Paul Skenes ready to live up to hype as prized Pirates rookie prepares for major league debut

“You can’t just show up to spring training and throw seven innings, even though I feel like I could,” Skenes said.

Instead, the Pirates opted to slowly move forward on the No. 1 pick in last year’s draft in hopes of protecting the 21-year-old’s right arm who routinely delivers fastballs reaching triple digits. The construction of Triple-A Indianapolis was gradual and deliberate.

Skenes understood the mission. He embraced it as best he could during seven almost uniformly dominant starts in which he posted a 0.99 ERA, doing his best to fend off questions about when “the call” would come out of his mind.

It worked. Maybe too good.

Skenes was taking a nap Wednesday when manager Miguel Perez tried to break the news that Skenes was headed to Pittsburgh. Perez, who is notoriously creative in finding ways to let his players know they are progressing, chose to take a more direct approach with Skenes. Ideal for a franchise that wants the future to arrive as quickly as possible.

“He says, ‘Are you really going to make me get another pitcher on Saturday?'” Skenes said. “I’m like, ‘I don’t know, do you?’ He said, “Yes, that’s true. You’re going to the show.’

The conversation lasted two minutes. Less than 48 sometimes frantic hours later, Skenes walked into a PNC Park clubhouse Friday that had a booth bearing his name and the number “30.” Skenes will make his first major league start Saturday against the Chicago Cubs, perhaps the most anticipated start since former Washington star Stephen Strasburg struck out 14 Pirates in 2009.

Skenes, who turned 7 that night, has no memory of it. Then again, life has been happening so fast lately that it can be hard to keep up.

Two years ago, he was a somewhat anonymous transfer from Air Force to LSU. He is now considered the franchise cornerstone of a club that hasn’t won a playoff series since 1979.

This can be a lot to absorb.

“Two years ago, it seems both very long and very short, if that makes sense,” he said. “In a way, it flew by. In a way, it was really long.”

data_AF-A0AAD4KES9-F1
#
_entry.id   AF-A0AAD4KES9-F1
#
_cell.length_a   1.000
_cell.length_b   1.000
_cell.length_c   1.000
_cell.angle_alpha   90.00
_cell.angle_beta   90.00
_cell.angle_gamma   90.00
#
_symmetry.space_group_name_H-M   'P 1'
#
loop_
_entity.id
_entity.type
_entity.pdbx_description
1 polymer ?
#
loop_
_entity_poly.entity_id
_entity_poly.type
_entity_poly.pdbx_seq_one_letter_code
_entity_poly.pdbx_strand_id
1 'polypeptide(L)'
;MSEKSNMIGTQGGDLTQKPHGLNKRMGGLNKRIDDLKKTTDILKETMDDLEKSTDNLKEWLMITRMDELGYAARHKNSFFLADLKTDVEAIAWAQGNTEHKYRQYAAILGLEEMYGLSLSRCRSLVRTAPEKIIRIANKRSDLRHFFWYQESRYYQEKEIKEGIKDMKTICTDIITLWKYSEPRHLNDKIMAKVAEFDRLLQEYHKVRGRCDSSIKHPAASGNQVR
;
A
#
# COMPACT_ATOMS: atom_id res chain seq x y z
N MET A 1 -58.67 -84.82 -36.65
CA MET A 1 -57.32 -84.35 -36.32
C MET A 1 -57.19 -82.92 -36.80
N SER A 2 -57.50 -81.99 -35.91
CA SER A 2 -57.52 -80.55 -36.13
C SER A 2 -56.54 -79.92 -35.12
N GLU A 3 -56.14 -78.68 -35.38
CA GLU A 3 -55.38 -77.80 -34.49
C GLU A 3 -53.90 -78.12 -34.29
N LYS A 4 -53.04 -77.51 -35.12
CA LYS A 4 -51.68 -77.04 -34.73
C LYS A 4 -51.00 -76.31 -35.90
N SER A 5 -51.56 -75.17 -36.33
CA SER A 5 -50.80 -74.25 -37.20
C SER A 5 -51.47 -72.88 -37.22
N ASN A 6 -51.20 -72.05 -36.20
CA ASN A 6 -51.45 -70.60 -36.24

The buzz in the city and on social media since Skenes’ promotion was announced has been palpable. He tries to ignore it. The emphasis is on “trying,” given that his girlfriend is LSU gymnast and prominent social media influencer Livvy Dunne, who joined Skenes for his first trip to Pittsburgh as a big player.

“I do my best not to see anything, but at the same time it’s inevitable,” he said. “You’re going to have to see some of it.”

Even though Skenes – who has never thrown more than 75 pitches in any of his starts in Indianapolis – considers his preparation “complete,” it is unlikely he will be allowed to go much beyond that. number against the Cubs.

Pirates manager Derek Shelton noted that “it was time” for Skenes to join the Pirates because “he checked all the boxes that we felt he needed to do in the minor leagues and he checked them very quickly.” “.

But not quickly enough for Pittsburgh to let Skenes think about reaching the 100-throw mark, a number he reached in 12 of his 19 starts last year at LSU.

“There will still be a process as we move forward,” Shelton said.

It’s a process Skenes has confidence in, thanks in part to how the Pirates have handled rookie right-hander Jared Jones.

Jones, 22, made the team after spring training and entered Friday’s game against the Cubs with a 2.63 ERA and 52 strikeouts in 41 innings. Pittsburgh has used kid gloves at times with Jones, although he also threw a career-high 96 pitches in seven brilliant innings against Colorado last weekend.

“It’s also a little easier knowing I’m not the only one going through (a surge),” Skenes said. “It’s frustrating to go out there and throw three innings (even though) I knew I was going to throw three innings. I knew that was preparing me to be able to throw six, seven, eight innings next September, October . year.”

The use of the word “October” was intentional. The Pirates didn’t draft Skenes and give him a record $9.2 million signing bonus just to sell tickets (although that will almost certainly happen). They see a player who can potentially help take the franchise to where it hasn’t been in decades.

Pittsburgh entered the weekend 6-16 after an 11-5 start. Although the offense has struggled, a starting rotation considered a question mark early in the season looks like it could be a strength thanks to the emergence of Jones, the steady hand of Martin Perez and arrival of Skenes.

“I would definitely say we’re close,” Skenes said. “I think being with the team in spring training and watching the club over the last month, we’re close. I think there’s a lot to look forward to.”

Skenes is not afraid of the challenge that awaits him. Yet he will try to breathe in a moment that he has long dreamed of but tried to push out of his mind until it finally happens.

“I really want to take a minute and realize how cool this is.”